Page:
A brief reading from Luke’s gospel…
Jesus came to a village, and a woman named Martha welcomed him into her house. Martha’s sister, Mary, sat down at Jesus’s feet and listened to him speaking. Martha, who was distracted with all the serving said: ‘Do you not care that my sister is leaving me to do all the serving? Please tell her to help me.’ But he said to her: ‘Martha, Martha you worry and fret about so many things, and yet few are needed. Mary has chosen the better part; it is not to be taken from her.’
A few years ago, Robert Fitzgerald AM spoke to members, staff and volunteers of the Society on the importance of good governance for faith-based charitable organisations. He mentioned that governance objectives for the Society are; (i) safeguarding the identity; (ii) promoting the mission; (iii) embedding core values; (iv) developing ‘right relationships’ based on trust and respect, and (v) delivering best interest outcomes. These perspectives were good to hear as they encapsulate our purpose and life, especially that purpose and life in a secular world.
This form of governance expresses a Society, which is more than a compassionate NGO. What is crucially significant is that our people attend to those we meet and serve through a pastoral approach. This pastoral position is shared in our prayerfulness, reflections and conversations.
Pastoral care is an essential aspect of our work. In its simplest form, it is an approach of being present to another. In broad terms, I believe, it is the telling and reflection of life stories, understanding them as presented and discerning them in the light of a spiritual journey believed, proclaimed, celebrated and lived to its full. It offers little instruction or advice but hears someone’s story with empathic active listening. It is a taxing role especially when we are time poor living very busy lives.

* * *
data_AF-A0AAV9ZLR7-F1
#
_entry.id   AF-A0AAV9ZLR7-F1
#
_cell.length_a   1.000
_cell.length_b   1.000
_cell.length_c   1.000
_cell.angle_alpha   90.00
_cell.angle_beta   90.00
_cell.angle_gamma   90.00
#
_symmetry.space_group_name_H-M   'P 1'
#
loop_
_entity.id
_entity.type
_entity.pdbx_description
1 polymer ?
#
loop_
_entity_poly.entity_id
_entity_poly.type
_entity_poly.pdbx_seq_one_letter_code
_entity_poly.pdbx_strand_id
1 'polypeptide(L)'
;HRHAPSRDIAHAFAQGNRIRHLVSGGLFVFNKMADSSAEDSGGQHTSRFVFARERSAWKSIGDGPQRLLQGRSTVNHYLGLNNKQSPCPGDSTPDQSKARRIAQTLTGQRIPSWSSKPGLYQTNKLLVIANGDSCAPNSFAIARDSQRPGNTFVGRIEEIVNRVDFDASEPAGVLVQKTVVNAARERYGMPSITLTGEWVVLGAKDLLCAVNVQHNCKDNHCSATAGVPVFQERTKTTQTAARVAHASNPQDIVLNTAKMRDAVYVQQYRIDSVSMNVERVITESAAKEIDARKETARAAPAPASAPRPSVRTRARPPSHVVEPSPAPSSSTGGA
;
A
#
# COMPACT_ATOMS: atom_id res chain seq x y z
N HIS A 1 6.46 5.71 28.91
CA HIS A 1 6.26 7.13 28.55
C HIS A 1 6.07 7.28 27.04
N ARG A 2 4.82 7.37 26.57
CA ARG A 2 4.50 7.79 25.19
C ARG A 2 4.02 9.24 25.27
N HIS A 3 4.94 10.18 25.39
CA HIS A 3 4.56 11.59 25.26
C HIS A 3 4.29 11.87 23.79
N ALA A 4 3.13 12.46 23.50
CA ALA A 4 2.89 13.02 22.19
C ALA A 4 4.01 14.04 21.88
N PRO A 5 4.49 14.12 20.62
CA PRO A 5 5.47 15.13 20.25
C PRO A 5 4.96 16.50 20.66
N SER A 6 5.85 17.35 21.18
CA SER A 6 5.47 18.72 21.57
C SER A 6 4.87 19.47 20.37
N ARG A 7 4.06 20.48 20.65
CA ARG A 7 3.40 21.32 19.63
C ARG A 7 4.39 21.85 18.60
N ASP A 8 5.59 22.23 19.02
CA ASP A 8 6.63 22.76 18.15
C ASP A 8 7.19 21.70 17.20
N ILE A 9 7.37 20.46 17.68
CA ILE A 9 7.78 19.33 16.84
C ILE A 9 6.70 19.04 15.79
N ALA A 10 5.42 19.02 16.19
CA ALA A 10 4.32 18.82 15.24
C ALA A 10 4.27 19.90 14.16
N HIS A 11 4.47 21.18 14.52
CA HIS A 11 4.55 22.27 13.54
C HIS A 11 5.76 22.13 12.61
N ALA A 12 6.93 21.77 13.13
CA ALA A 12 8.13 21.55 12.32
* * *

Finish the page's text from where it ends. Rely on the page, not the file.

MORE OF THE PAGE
Similar tensions are expressed in the gospel story of Mary and Martha. Martha’s ‘way’ of presence is by fulfilling the need to do something. In fact, the gospel tells us that she ‘was distracted with all the serving’. Mary’s ‘way’ is very different as it is much about nothing apart from being with Jesus sitting at his feet. There is a tension between the ‘ways’. The nature of a pastoral approach is a reflection on this tension, to grow as Christians we need to find that place which is open to the good works of Martha and the contemplative attitude of Mary. A pastoral approach is marked in the expression of Blessed Rosalie, ‘Be kind and love, for love is your first gift to the poor. If you have nothing to give, give yourself’. In this, we continue to show a spirituality which is being present to those we meet offering a spirit that is practical, engaging, relational and always responding in love.
Advent, in the Christian tradition, is a time of longing and hope. Our pastoral presence to another is so needed in these Covid to post-Covid times as we head toward the Christmas season, through Advent. Sharing our presence rather than presents can seem like a difficult task when we are being busy. Advent provides a wonderful reminder to instead share our presence every day through a letter, a visit, a phone call, or a conversation – something that helps warm and transform someone else’s life. This ‘being with others’ is similar to our Vincentian spirit of ‘being for others’.
Lord, may we continue to be one for another; present in our conversations, reflective in our thoughts and prayerful in our lives.
May the Peace and Spirit of the Christ child continue to bless us. ♦